Search Results: "John Case"


BOOK REVIEW

NON-FICTION
Released: March 1, 1992

"An instructive and encouraging overview that submits that the nation's business glass may be well over half full."
A journalist's persuasive brief for the intriguing proposition that American business has taken a turn for the better over the past couple of decades. Read full book review >

BOOK REVIEW

THE EIGHTH DAY by John Case
MYSTERY THRILLER
Released: Dec. 1, 2002

"A standard come-to-realize, run-like-hell plot (consult your Collected Alfred Hitchcock), but Case, who writes so very well, keeps it all at a merry boil."
Briskly paced thriller from Case (The Syndrome, 2001, etc.), with high-tech gadgetry, old-fashioned melodrama, and much ado about "gray goo." Read full book review >

BOOK REVIEW

THE SYNDROME by John Case
MYSTERY THRILLER
Released: May 1, 2001

"Strip off the biomedical razzle-dazzle, and what's left is old-hat megalomaniac melodrama."
Husband-and-wife writing team Jim and Carolyn Hougan have done good work under the Case pseudonym (The First Horseman, 1998, etc.), but they stumble here with an overlong thriller about brain implants and other mind-boggling developments. Read full book review >

BOOK REVIEW

THE MURDER ARTIST by John Case
MYSTERY THRILLER
Released: Oct. 12, 2004

"It's all in the telling, and Case does it just right: no clue, moment, or character unturned."
Searching for his kidnapped twin sons, a TV journalist follows an eerie trail. Read full book review >

BOOK REVIEW

THE FIRST HORSEMAN by John Case
MYSTERY THRILLER
Released: Aug. 30, 1998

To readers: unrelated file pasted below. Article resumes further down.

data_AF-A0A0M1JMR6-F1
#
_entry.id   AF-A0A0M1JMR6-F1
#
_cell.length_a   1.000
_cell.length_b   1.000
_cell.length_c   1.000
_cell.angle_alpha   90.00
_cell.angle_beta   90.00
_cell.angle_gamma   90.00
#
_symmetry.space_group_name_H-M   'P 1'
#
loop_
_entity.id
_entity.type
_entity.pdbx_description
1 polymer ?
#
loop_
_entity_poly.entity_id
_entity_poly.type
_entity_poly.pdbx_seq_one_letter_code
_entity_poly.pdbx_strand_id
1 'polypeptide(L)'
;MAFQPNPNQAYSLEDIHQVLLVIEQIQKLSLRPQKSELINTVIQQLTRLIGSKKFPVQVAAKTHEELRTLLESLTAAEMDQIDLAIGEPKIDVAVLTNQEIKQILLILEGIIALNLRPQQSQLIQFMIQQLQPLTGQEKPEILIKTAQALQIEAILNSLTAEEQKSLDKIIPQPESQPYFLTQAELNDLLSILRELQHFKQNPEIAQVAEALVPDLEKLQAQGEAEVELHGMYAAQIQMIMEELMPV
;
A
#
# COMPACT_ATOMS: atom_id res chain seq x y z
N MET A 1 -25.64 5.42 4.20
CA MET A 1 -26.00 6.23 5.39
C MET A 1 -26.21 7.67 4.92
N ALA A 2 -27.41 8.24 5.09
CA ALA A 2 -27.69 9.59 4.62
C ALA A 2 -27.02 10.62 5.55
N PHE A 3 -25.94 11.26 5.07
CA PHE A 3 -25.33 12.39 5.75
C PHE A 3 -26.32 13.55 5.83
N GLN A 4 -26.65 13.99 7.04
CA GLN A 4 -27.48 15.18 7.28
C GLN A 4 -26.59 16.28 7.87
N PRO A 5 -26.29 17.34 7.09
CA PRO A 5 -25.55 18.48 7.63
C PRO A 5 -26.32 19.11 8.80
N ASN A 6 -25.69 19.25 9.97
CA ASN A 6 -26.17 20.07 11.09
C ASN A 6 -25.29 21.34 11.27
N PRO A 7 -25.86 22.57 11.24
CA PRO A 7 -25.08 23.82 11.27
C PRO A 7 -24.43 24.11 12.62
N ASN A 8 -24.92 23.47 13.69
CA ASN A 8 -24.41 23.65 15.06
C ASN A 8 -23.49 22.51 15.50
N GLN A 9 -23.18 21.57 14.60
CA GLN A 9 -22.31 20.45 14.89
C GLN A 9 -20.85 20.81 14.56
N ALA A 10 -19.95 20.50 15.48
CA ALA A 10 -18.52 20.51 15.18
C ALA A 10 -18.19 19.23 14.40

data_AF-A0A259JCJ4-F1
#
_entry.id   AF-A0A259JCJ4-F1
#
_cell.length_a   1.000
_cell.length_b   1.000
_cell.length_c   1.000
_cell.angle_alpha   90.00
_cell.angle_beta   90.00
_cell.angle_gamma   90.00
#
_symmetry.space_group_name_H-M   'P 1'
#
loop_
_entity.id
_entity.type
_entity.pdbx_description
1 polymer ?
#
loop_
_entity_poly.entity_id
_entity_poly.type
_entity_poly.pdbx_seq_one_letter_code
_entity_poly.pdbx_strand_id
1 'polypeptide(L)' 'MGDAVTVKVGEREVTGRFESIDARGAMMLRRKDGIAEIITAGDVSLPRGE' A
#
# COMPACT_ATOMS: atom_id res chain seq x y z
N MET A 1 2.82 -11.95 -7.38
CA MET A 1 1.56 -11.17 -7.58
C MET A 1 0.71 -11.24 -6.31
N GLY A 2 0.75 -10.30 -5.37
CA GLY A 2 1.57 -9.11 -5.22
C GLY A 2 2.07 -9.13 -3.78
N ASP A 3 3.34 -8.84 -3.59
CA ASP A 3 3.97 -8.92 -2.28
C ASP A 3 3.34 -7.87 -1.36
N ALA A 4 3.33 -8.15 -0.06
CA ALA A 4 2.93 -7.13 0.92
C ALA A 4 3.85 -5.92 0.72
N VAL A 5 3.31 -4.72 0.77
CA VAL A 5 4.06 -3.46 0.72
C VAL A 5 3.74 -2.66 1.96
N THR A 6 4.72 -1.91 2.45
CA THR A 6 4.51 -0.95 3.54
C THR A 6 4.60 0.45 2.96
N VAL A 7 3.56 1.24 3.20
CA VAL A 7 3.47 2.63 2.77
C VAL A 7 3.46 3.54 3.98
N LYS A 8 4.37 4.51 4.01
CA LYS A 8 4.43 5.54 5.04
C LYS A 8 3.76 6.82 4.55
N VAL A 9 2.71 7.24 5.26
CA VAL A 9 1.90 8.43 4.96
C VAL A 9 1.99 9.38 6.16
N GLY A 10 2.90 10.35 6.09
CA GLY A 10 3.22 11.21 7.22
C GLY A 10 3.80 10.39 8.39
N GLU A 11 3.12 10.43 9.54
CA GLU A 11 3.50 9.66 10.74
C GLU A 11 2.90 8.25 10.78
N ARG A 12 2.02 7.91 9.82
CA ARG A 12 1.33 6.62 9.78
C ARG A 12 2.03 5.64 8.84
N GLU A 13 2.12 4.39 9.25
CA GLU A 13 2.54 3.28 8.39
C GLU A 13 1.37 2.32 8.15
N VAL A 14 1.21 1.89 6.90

"Far more realistic than Stephen King's superflu in The Stand."
Superchilling tale of the Spanish Flu's revival (which killed 20 to 30 million people in 1918)from the pseudonymous Case (the well-received biotech thriller The Genesis Code, 1997). Read full book review >

BOOK REVIEW

JOHN by Niall Williams
FICTION & LITERATURE
Released: Feb. 1, 2008

"Irish novelist Williams (Four Letters of Love, 1999, etc.) takes spiritual issues seriously—and continues to write compellingly about them."
John the Apostle, now a revered Master in exile with a small band of Christian brothers on the island of Patmos, confronts heresy, schism and doubt. Read full book review >

BOOK REVIEW

THE GENESIS CODE by John F. Case
MYSTERY THRILLER
Released: April 1, 1997

"A first-rate biotech thriller with an intriguing, if ungodly, religious twist."
On the track of child killers with global reach, a dogged investigator uncovers a plot that gives new meaning to ecclesiastic militancy, in a chillingly effective debut by the pseudonymous Case. Read full book review >

BOOK REVIEW

BIOGRAPHY & MEMOIR
Released: March 1, 1993

"His brief account of this sentimental journey adds considerable resonance to a narrative already rich in anecdotal detail and high adventure. (Illustrations—not seen.)"
An absorbing memoir of the Danish-born author's WW II experiences with the American military, which obviously provided a starting point for the many thrillers he later wrote as a civilian (Code Name: Grand Guignol, 1987, etc.). Read full book review >

BOOK REVIEW

CHILDREN'S
Released: May 8, 2012

"Hilarious, laugh-out-loud fun for middle-grade readers. (Fiction. 7-10)"
Justin tries to convince himself that, in spite of his well-earned nickname, he is not a worried kid anymore and that summer vacation means that there is absolutely nothing to worry about. Read full book review >

BOOK REVIEW

CHILDREN'S
Released: May 1, 2010

"Absolutely marvelous. (Fiction. 7-10)"
Third grader Justin Case gets this nickname thanks to his amazing ability to worry about everything. Read full book review >

BOOK REVIEW

COLD CASE by Julia Platt Leonard
CHILDREN'S
Released: May 10, 2011

"An indistinguishable middle-school narrator in an unremarkable mystery. (Mystery. 10-14)"
An interesting premise falls victim to too-familiar plotting. Read full book review >

BOOK REVIEW

BASKET CASE by Robert Newton Peck
Released: March 2, 1979

"With all these shots he's bound to score occasionally, but the Henry Aldrich shenanigans pall."
Funny names are Peck's stock-in-trade, but this silly high school sitcom consists of little else, from the opening moment when Graffiti Prep's headmistress Portlee Stouter Winterbottom asks goof-off, hero Higbee Hartburn's help in the coming basketball game with Prat Falls High. Read full book review >